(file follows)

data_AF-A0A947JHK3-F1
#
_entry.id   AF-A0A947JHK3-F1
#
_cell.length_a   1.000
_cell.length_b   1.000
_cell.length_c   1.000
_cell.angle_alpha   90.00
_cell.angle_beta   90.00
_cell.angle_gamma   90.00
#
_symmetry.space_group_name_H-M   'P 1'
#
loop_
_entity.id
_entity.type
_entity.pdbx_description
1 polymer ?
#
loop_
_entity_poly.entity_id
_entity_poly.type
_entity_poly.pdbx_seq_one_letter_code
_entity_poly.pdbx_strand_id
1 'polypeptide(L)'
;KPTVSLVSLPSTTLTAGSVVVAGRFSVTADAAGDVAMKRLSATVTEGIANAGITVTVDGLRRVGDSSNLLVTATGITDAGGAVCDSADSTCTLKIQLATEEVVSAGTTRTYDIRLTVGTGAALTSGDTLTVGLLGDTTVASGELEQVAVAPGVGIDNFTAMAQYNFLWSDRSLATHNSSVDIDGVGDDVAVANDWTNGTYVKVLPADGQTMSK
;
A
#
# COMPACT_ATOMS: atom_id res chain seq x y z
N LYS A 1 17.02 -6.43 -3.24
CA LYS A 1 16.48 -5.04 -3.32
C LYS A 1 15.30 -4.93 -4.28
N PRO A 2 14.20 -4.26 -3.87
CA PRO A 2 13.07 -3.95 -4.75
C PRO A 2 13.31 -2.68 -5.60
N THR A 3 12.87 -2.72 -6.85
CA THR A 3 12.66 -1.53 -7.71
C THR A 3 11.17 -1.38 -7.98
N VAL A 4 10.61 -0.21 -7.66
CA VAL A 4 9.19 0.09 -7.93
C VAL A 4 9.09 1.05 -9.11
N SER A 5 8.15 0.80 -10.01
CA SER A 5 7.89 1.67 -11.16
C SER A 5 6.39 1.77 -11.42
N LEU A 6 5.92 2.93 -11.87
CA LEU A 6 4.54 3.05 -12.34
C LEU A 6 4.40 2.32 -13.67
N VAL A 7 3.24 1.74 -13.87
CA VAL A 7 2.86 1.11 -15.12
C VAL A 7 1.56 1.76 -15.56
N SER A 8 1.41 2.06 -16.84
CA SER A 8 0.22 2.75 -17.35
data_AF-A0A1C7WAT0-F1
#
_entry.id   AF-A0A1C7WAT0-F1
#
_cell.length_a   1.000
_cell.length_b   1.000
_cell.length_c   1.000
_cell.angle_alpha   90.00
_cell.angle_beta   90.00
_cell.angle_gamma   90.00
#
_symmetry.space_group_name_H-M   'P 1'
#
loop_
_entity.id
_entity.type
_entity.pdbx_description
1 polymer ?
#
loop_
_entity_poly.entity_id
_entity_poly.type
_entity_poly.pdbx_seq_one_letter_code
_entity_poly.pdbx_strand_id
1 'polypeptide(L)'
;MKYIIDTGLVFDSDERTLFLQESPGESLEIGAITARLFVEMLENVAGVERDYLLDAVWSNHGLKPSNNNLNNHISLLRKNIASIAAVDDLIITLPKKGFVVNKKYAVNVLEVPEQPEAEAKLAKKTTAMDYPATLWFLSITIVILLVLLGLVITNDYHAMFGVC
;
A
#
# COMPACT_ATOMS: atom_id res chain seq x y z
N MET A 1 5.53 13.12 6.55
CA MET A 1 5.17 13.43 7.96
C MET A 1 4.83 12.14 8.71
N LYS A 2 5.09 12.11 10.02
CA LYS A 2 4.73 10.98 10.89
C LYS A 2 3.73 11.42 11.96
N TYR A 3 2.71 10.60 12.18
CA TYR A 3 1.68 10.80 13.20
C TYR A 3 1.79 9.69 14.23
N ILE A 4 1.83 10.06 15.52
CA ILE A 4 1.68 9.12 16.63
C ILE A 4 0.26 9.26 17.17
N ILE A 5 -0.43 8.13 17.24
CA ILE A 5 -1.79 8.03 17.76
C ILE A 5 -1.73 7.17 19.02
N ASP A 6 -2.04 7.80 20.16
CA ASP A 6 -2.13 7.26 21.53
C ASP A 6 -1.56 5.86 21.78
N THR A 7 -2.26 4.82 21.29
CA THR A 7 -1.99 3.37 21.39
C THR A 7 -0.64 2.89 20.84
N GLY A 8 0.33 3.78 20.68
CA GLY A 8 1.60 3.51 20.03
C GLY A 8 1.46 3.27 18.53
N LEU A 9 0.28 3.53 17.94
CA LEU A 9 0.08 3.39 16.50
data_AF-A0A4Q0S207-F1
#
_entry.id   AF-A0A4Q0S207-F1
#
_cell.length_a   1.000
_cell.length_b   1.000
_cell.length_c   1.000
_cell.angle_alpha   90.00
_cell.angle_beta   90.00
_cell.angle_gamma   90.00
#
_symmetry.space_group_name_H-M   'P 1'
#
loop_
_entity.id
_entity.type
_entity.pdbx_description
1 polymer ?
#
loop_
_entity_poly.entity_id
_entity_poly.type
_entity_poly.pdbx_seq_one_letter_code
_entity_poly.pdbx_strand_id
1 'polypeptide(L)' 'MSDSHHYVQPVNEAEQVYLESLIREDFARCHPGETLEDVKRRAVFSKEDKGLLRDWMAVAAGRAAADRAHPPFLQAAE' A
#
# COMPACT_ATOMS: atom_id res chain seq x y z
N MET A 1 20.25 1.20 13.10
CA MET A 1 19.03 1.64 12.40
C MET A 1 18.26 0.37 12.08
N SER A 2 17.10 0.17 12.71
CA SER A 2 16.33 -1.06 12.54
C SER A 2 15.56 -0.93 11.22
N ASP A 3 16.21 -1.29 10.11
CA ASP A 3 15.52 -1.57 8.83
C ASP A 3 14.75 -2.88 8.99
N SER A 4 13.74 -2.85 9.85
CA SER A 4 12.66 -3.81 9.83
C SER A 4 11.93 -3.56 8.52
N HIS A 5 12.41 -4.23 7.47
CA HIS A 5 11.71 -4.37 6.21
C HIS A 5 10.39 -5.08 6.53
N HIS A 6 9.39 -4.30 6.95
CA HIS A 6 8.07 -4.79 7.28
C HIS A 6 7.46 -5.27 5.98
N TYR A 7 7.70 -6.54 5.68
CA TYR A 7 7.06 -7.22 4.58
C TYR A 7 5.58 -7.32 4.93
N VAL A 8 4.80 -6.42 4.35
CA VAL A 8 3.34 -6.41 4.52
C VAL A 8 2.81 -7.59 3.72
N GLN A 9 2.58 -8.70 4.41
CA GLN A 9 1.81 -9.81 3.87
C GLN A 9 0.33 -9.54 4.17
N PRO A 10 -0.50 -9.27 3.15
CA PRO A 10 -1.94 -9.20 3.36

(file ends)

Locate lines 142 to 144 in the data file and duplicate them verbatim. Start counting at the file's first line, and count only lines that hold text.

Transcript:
C SER A 2 15.56 -0.93 11.22
N ASP A 3 16.21 -1.29 10.11
CA ASP A 3 15.52 -1.57 8.83